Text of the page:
Types of Hernia

Types of HerniaEpigastric hernia

A weak spot in the central abdominal muscles makes it possible to drop fat tissue covering the intestine between the navel and the chest bone.
Symptoms Hernia is usually small and does not have to create a visible swelling, but sometimes it can cause poor digestion, burping and vomiting.
Frequency Very rare. It accounts for only 2% of all hernias.
Dangers Painful incarceration is possible, albeit very rare.
Treatment If the hernia does not cause trouble, surgery may not be needed. If needed, the average stay at the hospital is 2 to 5 days.
Reconvalescence: 2-4 weeks.

Paraumbilical hernia

Abdominal wall muscles may sometimes weaken just above or below the navel.
Symptoms General feeling of weight in the abdomen, sometimes accompanied by pain. The swelling can be seen (but not always) on the navel.
Frequency It is very common, and is 5 times more common in women. Overweight women and those who had more children are especially prone to paraumbilical hernia.
Dangers Possible risk of obstruction and / or incarceration.
Treatment The operation is usually recommended. Average stay in hospital is 2 to 5 days; reconvalescence 4 to 6 weeks.

Femoral hernia

Femoral herania appears on a similar location as inguinal hernia, but slightly lower.
Symptoms In some cases there are no symptoms or swelling. Many such hernias are discovered only when they are obstructed.
Frequency One person out of 250 has one (or two) femoral hernias. Especially prone to femoral hernia are obese women who had many children.
Dangers Since the opening through which femoral hernia falls is small, the risk of obstruction or incarceration is high.
Treatment Same as in inguinal hernia.

Inguinal hernia

There are two types of inguinal hernia – direct and indirect. In direct, organs in the abdominal cavity are diverting the weak muscles of the abdominal wall around the groin. Indirect, which is 20 times more common in men, bulges in inguinal passage.
Symptoms Bulging or maybe just a sense of weight in the groin area.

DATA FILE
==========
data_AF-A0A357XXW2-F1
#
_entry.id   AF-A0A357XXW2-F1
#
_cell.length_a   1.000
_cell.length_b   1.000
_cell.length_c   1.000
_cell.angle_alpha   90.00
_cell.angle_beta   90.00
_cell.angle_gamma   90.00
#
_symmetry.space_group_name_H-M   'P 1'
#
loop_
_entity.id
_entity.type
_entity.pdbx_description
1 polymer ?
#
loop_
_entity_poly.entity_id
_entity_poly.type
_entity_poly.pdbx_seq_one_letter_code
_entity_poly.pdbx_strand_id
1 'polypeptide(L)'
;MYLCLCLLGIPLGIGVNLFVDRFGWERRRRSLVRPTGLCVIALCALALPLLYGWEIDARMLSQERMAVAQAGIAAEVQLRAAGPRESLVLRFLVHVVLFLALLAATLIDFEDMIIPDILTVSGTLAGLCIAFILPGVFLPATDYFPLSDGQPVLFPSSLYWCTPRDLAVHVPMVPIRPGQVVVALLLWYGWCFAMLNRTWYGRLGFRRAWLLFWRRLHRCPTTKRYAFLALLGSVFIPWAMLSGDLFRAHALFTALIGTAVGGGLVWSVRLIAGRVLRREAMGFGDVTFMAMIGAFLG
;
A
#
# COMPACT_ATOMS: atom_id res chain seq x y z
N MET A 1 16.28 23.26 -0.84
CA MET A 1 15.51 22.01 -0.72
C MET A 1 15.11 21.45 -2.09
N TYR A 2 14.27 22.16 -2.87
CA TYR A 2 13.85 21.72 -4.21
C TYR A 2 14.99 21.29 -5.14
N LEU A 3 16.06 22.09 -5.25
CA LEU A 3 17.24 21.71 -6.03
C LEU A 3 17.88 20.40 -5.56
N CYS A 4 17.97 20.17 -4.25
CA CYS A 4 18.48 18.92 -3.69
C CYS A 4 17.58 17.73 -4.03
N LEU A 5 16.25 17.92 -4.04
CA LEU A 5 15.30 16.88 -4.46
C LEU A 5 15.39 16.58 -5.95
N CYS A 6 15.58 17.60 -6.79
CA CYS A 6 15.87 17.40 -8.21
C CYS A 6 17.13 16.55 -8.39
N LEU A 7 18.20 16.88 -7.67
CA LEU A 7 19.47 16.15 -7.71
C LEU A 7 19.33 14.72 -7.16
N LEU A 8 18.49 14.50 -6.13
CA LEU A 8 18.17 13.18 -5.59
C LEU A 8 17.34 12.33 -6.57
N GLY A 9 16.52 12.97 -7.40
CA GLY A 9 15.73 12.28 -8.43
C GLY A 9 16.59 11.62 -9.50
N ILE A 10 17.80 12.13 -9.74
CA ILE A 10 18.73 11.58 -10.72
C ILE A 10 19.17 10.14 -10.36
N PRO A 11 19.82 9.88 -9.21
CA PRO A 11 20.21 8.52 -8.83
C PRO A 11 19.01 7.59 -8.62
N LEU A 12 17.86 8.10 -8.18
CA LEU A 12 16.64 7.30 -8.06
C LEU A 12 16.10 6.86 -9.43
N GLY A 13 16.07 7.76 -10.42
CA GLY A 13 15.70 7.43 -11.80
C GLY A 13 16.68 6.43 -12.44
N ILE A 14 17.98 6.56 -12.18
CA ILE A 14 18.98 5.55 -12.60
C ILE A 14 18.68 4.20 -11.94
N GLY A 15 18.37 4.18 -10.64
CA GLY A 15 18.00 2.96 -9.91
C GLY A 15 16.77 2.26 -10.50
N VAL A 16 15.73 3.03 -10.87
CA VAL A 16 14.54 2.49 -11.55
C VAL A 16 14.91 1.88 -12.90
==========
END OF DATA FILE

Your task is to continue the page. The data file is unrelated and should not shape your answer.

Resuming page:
Frequency One in 60 people have one, and very often two inguinal hernias. Both types are more common in men.
Dangers Possible complications are obstruction and incarceration.
Treatment The operation removes the bulging and strengthens the weak muscles. An average stay in hospital is 2 days; reconvalescence about 4 weeks.

Umbilical hernia

This hernia appears as a soft bulging around the navel of a newborn, whose abdominal wall has not yet fully developed.
Symptoms Umbilical hernia rarely creates problems to a newborn. Small swelling usually occurs when the baby cries.
Frequency There are no statistical data, though this hernia is very common, because umbilical hernias can pass by themselves in a year or less after birth.
Dangers Since the opening is wide, there is practically no danger of incarceration or obstruction.
Treatment If the umbilical hernia lasts or creates problems, the child is usually operated when he/she is 3 to 5 years old. An average stay in hospital is 2 to 5 days, reconvalescence is 2 weeks.

Incisional hernia

It occurs as a result of surgery in the abdominal cavity. Cut muscles of the abdominal wall heal, but they are weakened, so the bowels can protrude through a weak spot.
Symptoms Incisional hernias almost always produce visible bulging with abdominal pain.
Frequency Incesional hernia often appears in overweight people who do not move after the surgery in an abdominal area. It also often occurs in older or skinny people.

Surgical treatment

The operation of a weakened muscle is usually performed when hernia causes pain or when there is a danger of incarceration or obstruction.
Surgery: Depending on the site and the weight of the hernia you will get local or general anesthesia. Above the hernia a small cut is made and the tissue is pushed back to the place. After that, the muscles tighten together. The operation usually takes less than an hour.
After surgery: The doctor will advise you to stand up the same day or the first day after the surgery. The surgical site will hurt you, so you will get a painkiller. After two to five days you should leave the hospital.
Sutures: On the weakened area of ​​the muscular wall.
Reconvalescence: After a few days you will be able to return to work and accept common daily activities, but your doctor will advise you not to lift anything difficult in the next 3 months.